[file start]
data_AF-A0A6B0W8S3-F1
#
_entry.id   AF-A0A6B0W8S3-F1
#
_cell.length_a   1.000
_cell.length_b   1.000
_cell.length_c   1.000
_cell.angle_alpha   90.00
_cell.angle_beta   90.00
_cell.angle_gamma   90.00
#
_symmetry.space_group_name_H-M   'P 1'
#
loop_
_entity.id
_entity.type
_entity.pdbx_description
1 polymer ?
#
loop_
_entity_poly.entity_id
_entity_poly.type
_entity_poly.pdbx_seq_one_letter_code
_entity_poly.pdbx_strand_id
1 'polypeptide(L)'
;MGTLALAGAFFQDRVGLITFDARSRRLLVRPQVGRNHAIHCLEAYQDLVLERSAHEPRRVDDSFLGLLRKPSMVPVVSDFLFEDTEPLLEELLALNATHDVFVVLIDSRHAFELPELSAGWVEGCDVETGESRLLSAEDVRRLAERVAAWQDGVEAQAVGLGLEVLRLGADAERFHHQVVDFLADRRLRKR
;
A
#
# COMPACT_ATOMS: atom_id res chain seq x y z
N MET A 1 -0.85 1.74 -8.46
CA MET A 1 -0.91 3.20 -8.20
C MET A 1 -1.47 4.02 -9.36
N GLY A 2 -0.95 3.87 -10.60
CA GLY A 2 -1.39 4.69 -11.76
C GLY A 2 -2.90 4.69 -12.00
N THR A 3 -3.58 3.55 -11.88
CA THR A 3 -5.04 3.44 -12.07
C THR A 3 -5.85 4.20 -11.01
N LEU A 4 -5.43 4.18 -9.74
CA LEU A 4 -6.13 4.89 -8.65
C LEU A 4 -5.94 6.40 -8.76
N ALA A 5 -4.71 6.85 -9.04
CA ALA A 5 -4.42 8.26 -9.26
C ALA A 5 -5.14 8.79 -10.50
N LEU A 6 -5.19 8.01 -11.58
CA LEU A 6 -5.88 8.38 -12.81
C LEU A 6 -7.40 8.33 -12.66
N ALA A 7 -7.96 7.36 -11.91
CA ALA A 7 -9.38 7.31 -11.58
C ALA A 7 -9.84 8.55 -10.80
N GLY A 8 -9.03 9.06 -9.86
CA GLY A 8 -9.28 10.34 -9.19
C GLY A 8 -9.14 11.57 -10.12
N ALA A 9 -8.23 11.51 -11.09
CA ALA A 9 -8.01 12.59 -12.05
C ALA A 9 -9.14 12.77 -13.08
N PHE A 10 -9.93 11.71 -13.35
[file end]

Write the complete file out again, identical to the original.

data_AF-A0A6B0W8S3-F1
#
_entry.id   AF-A0A6B0W8S3-F1
#
_cell.length_a   1.000
_cell.length_b   1.000
_cell.length_c   1.000
_cell.angle_alpha   90.00
_cell.angle_beta   90.00
_cell.angle_gamma   90.00
#
_symmetry.space_group_name_H-M   'P 1'
#
loop_
_entity.id
_entity.type
_entity.pdbx_description
1 polymer ?
#
loop_
_entity_poly.entity_id
_entity_poly.type
_entity_poly.pdbx_seq_one_letter_code
_entity_poly.pdbx_strand_id
1 'polypeptide(L)'
;MGTLALAGAFFQDRVGLITFDARSRRLLVRPQVGRNHAIHCLEAYQDLVLERSAHEPRRVDDSFLGLLRKPSMVPVVSDFLFEDTEPLLEELLALNATHDVFVVLIDSRHAFELPELSAGWVEGCDVETGESRLLSAEDVRRLAERVAAWQDGVEAQAVGLGLEVLRLGADAERFHHQVVDFLADRRLRKR
;
A
#
# COMPACT_ATOMS: atom_id res chain seq x y z
N MET A 1 -0.85 1.74 -8.46
CA MET A 1 -0.91 3.20 -8.20
C MET A 1 -1.47 4.02 -9.36
N GLY A 2 -0.95 3.87 -10.60
CA GLY A 2 -1.39 4.69 -11.76
C GLY A 2 -2.90 4.69 -12.00
N THR A 3 -3.58 3.55 -11.88
CA THR A 3 -5.04 3.44 -12.07
C THR A 3 -5.85 4.20 -11.01
N LEU A 4 -5.43 4.18 -9.74
CA LEU A 4 -6.13 4.89 -8.65
C LEU A 4 -5.94 6.40 -8.76
N ALA A 5 -4.71 6.85 -9.04
CA ALA A 5 -4.42 8.26 -9.26
C ALA A 5 -5.14 8.79 -10.50
N LEU A 6 -5.19 8.01 -11.58
CA LEU A 6 -5.88 8.38 -12.81
C LEU A 6 -7.40 8.33 -12.66
N ALA A 7 -7.96 7.36 -11.91
CA ALA A 7 -9.38 7.31 -11.58
C ALA A 7 -9.84 8.55 -10.80
N GLY A 8 -9.03 9.06 -9.86
CA GLY A 8 -9.28 10.34 -9.19
C GLY A 8 -9.14 11.57 -10.12
N ALA A 9 -8.23 11.51 -11.09
CA ALA A 9 -8.01 12.59 -12.05
C ALA A 9 -9.14 12.77 -13.08
N PHE A 10 -9.93 11.71 -13.35